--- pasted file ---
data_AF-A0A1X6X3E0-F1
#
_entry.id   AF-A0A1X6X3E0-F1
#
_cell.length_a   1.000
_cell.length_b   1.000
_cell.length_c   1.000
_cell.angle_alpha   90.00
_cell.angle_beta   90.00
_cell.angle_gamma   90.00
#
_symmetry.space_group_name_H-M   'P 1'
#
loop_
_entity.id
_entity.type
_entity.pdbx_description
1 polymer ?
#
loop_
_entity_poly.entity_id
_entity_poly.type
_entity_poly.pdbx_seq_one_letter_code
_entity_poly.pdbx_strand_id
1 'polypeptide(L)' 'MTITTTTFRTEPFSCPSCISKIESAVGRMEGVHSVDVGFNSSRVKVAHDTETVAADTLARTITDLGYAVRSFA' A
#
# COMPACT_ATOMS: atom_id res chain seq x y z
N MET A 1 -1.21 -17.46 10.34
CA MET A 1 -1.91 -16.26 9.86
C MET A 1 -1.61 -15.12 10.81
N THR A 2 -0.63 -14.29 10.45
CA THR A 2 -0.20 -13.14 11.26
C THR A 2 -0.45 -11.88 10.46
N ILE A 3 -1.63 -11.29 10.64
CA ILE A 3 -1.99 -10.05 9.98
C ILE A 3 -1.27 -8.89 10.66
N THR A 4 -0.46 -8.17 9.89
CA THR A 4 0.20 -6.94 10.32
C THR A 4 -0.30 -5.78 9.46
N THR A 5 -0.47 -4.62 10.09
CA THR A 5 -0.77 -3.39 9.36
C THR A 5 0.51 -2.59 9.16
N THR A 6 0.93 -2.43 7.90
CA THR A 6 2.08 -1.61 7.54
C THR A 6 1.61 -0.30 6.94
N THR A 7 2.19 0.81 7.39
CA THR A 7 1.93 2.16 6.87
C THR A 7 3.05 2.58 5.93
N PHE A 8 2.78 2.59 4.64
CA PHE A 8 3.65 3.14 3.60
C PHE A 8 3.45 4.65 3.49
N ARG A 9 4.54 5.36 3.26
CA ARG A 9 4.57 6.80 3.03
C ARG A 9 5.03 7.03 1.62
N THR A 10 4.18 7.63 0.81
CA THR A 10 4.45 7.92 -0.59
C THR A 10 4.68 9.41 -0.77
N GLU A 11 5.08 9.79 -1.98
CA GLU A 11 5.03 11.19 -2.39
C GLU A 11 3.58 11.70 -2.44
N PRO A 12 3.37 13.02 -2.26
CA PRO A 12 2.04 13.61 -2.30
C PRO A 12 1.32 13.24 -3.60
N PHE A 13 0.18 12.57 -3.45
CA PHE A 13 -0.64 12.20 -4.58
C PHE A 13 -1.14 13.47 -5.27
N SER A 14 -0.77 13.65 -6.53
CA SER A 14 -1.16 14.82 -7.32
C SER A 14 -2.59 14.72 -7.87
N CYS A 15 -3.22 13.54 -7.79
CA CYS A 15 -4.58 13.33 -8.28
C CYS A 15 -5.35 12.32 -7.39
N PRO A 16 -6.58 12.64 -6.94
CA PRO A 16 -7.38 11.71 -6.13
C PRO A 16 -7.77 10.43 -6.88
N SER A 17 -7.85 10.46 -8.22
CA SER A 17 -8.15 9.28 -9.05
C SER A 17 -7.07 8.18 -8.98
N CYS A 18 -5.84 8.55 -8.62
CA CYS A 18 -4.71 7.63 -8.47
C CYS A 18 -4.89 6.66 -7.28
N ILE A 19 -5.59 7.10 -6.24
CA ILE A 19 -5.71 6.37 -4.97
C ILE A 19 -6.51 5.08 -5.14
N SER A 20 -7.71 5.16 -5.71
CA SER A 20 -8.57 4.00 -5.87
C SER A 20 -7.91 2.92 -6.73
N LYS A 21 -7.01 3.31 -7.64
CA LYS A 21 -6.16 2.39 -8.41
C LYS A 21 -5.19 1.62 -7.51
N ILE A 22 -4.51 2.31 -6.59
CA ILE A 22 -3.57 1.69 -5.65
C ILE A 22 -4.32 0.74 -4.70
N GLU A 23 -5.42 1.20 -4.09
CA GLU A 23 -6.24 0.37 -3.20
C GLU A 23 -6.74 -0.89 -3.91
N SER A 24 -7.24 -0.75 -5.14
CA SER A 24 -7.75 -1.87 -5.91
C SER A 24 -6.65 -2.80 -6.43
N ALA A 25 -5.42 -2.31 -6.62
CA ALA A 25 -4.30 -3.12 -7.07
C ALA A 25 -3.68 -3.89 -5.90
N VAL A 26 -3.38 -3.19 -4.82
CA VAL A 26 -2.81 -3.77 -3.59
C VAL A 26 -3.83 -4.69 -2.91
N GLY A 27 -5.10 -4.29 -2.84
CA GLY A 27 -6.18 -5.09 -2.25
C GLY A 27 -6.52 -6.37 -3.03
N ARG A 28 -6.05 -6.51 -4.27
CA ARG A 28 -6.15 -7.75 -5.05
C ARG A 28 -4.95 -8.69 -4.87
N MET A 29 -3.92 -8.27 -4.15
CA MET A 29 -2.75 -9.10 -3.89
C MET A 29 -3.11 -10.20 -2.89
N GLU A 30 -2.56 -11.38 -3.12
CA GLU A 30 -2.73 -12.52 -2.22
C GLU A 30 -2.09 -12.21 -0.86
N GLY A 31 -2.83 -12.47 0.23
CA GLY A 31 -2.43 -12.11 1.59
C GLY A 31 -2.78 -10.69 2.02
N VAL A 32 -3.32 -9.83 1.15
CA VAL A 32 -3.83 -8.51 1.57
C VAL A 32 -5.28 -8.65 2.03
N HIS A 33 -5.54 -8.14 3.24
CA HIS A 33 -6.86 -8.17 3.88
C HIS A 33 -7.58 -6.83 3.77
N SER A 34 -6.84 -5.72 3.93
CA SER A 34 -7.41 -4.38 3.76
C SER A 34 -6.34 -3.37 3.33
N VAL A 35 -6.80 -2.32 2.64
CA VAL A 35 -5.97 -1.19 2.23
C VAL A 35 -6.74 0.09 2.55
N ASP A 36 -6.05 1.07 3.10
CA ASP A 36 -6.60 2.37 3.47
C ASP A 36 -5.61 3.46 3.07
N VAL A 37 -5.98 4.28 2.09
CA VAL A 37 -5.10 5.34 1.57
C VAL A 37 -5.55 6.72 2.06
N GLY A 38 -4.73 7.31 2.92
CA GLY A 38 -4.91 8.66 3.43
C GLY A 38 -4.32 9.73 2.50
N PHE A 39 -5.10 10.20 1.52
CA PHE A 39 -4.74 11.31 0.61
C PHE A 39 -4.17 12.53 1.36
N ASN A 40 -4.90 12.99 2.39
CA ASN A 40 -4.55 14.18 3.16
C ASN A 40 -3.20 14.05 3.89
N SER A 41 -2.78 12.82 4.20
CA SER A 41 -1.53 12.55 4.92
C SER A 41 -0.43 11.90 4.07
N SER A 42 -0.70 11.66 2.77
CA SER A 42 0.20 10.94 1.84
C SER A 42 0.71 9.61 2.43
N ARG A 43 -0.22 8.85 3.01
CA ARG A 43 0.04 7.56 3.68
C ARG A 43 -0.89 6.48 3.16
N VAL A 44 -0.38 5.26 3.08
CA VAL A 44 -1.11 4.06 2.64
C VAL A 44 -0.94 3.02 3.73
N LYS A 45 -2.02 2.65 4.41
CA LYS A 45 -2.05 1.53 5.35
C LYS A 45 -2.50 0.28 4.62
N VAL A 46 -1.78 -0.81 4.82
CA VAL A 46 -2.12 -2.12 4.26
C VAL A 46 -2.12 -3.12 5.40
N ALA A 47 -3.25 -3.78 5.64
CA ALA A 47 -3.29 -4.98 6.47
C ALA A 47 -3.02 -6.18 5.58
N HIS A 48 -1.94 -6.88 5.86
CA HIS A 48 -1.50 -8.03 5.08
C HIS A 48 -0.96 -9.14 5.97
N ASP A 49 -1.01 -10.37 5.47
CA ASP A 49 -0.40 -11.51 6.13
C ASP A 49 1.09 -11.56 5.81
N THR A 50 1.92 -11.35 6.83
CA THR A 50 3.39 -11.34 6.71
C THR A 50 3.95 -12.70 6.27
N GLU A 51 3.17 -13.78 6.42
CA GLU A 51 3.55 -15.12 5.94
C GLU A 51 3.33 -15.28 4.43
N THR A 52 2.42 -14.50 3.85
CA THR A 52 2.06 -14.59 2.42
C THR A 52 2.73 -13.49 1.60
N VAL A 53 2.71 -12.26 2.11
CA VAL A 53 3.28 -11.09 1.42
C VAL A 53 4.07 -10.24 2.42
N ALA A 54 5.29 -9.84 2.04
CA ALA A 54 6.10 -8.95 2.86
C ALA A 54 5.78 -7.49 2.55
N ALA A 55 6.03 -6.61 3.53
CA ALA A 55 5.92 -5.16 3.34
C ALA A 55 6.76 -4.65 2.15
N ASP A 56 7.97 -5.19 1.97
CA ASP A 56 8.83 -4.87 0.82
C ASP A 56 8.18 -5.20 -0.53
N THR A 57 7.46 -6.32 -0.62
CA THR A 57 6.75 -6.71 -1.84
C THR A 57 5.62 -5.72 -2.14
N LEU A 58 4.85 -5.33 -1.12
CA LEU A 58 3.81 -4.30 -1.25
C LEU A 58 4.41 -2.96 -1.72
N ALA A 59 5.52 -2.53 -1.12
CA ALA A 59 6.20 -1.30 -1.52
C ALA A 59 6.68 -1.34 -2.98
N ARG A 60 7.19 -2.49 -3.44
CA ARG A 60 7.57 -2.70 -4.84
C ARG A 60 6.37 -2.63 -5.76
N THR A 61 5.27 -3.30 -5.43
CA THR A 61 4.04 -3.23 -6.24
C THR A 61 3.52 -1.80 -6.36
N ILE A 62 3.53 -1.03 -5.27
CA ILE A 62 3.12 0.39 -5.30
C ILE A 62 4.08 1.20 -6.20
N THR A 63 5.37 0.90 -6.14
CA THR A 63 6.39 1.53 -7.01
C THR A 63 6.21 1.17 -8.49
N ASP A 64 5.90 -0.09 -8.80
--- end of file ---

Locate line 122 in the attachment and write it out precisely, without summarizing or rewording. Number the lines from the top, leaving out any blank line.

CA VAL A 32 -3.83 -8.51 1.57